As we hold our latest Investment Quarterly meeting, we take a look at how 2019 has played out so far. Dovish central bank policy has propelled markets to strong returns, but trade remains a key risk.
With Mexico the latest target of Washington’s tariff tactics, trade tensions are clearly escalating, not subsiding. Could this be the final straw to push the Federal Reserve to cut rates?
The rise in support for populist parties in the European elections has done nothing for the popularity of European risk assets. Should investors ditch Europe, or does this represent a buying opportunity?
The Reserve Bank of New Zealand has led the way with its recent interest rate cut. As we head towards the end of the cycle, other developed market central banks could be expected to follow.
Trade rhetoric is dominating news flow, weighing on risk assets. What could be the implications for US growth and inflation, and how is the outlook reflected in valuations?
Central banks across the globe recalibrated their policy stance in the first week of May, making it clear that inflation is not the sole driver of their decisions. What does this suggest for the future direction of monetary policy?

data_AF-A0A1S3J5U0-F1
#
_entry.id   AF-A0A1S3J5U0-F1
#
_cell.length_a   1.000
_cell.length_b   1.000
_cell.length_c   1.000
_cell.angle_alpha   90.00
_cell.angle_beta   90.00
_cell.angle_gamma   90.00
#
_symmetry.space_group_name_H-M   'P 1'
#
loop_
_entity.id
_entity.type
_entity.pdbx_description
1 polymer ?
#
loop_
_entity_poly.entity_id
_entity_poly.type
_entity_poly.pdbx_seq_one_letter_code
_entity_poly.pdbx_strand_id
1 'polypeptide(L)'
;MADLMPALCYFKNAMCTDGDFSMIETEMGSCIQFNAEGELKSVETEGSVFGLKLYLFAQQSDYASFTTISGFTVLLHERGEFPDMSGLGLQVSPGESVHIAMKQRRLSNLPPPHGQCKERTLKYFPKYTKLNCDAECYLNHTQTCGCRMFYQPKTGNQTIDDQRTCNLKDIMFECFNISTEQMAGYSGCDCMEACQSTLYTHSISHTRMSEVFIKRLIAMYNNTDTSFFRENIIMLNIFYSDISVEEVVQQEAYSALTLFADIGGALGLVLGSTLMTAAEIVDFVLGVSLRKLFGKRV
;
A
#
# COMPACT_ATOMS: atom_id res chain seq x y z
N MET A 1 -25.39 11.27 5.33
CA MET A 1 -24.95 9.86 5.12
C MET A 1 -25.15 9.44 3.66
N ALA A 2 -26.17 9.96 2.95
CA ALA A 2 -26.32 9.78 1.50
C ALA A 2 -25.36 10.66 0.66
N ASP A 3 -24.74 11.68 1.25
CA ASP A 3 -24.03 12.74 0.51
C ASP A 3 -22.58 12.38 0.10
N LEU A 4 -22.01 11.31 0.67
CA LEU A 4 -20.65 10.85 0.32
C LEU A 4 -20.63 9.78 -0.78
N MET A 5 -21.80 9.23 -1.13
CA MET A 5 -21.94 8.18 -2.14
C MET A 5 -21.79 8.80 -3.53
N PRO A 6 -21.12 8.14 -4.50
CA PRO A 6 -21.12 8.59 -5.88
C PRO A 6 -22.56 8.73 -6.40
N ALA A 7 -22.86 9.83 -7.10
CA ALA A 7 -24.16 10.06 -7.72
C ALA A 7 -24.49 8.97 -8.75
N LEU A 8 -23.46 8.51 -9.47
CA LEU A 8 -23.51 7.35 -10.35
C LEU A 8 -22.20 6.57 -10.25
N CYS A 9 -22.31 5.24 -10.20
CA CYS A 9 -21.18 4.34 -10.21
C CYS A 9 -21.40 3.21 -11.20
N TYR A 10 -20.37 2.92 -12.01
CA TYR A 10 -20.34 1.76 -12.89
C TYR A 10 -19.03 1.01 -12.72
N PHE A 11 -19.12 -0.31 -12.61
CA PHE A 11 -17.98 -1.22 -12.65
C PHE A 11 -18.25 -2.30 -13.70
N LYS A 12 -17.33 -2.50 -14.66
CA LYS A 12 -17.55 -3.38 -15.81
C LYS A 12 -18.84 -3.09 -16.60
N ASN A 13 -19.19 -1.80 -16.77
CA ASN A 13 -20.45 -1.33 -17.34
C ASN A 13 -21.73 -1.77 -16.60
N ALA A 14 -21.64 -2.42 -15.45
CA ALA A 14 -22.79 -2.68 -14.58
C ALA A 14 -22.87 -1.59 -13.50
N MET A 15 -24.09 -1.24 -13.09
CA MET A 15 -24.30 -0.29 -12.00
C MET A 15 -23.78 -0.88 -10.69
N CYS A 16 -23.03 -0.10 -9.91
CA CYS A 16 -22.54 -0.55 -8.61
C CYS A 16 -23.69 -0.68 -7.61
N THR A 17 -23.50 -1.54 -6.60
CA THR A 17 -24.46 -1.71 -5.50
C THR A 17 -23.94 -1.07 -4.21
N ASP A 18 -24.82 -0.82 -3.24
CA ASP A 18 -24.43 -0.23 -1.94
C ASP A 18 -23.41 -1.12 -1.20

Credit markets have enjoyed a strong march upwards, supported by robust technicals and a broadly positive fundamental backdrop. With issuance set to pick up, could now be the time to take some chips off the table?
An improved macroeconomic backdrop continues to support hard currency emerging market (EM) debt, which has outperformed local currency EM debt this year. However, is there now room for EM currencies to take off?
Weakness in the global economy has been almost entirely driven by the manufacturing sector. With recent data showing tentative signs of a recovery, what could be the implications for bond markets?
Dovish central banks have the potential to extend the cycle—and therefore the positive environment for credit. Despite the strong performance year to date, we see opportunities for selective investors.